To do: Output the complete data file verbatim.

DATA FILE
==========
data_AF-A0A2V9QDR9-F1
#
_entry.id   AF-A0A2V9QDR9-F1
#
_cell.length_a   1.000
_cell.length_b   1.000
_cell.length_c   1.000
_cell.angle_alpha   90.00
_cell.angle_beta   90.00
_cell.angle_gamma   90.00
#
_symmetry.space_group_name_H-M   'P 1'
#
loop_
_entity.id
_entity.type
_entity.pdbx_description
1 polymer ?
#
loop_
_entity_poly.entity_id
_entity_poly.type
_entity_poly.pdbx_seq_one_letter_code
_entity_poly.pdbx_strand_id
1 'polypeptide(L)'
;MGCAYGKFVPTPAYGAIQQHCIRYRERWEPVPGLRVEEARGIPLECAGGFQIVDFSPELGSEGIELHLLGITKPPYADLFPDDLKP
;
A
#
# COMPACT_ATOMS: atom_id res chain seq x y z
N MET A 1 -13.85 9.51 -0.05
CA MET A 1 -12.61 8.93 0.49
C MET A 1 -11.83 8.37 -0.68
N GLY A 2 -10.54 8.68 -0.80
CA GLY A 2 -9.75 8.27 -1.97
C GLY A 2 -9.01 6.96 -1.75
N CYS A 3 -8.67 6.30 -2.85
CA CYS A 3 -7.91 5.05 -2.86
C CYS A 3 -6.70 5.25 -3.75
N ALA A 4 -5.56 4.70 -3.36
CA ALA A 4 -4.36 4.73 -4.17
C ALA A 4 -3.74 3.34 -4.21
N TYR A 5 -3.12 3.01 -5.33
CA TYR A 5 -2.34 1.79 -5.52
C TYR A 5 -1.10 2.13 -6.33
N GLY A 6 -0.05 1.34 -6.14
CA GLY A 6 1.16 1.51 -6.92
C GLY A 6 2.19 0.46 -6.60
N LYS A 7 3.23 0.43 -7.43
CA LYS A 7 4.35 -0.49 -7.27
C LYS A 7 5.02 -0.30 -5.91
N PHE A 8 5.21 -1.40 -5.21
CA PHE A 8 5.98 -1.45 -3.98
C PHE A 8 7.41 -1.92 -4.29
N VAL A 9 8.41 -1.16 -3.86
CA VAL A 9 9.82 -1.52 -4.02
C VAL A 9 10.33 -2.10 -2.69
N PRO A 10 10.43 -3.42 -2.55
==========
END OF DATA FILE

data_AF-A0A2V9QDR9-F1
#
_entry.id   AF-A0A2V9QDR9-F1
#
_cell.length_a   1.000
_cell.length_b   1.000
_cell.length_c   1.000
_cell.angle_alpha   90.00
_cell.angle_beta   90.00
_cell.angle_gamma   90.00
#
_symmetry.space_group_name_H-M   'P 1'
#
loop_
_entity.id
_entity.type
_entity.pdbx_description
1 polymer ?
#
loop_
_entity_poly.entity_id
_entity_poly.type
_entity_poly.pdbx_seq_one_letter_code
_entity_poly.pdbx_strand_id
1 'polypeptide(L)'
;MGCAYGKFVPTPAYGAIQQHCIRYRERWEPVPGLRVEEARGIPLECAGGFQIVDFSPELGSEGIELHLLGITKPPYADLFPDDLKP
;
A
#
# COMPACT_ATOMS: atom_id res chain seq x y z
N MET A 1 -13.85 9.51 -0.05
CA MET A 1 -12.61 8.93 0.49
C MET A 1 -11.83 8.37 -0.68
N GLY A 2 -10.54 8.68 -0.80
CA GLY A 2 -9.75 8.27 -1.97
C GLY A 2 -9.01 6.96 -1.75
N CYS A 3 -8.67 6.30 -2.85
CA CYS A 3 -7.91 5.05 -2.86
C CYS A 3 -6.70 5.25 -3.75
N ALA A 4 -5.56 4.70 -3.36
CA ALA A 4 -4.36 4.73 -4.17
C ALA A 4 -3.74 3.34 -4.21
N TYR A 5 -3.12 3.01 -5.33
CA TYR A 5 -2.34 1.79 -5.52
C TYR A 5 -1.10 2.13 -6.33
N GLY A 6 -0.05 1.34 -6.14
CA GLY A 6 1.16 1.51 -6.92
C GLY A 6 2.19 0.46 -6.60
N LYS A 7 3.23 0.43 -7.43
CA LYS A 7 4.35 -0.49 -7.27
C LYS A 7 5.02 -0.30 -5.91
N PHE A 8 5.21 -1.40 -5.21
CA PHE A 8 5.98 -1.45 -3.98
C PHE A 8 7.41 -1.92 -4.29
N VAL A 9 8.41 -1.16 -3.86
CA VAL A 9 9.82 -1.52 -4.02
C VAL A 9 10.33 -2.10 -2.69
N PRO A 10 10.43 -3.42 -2.55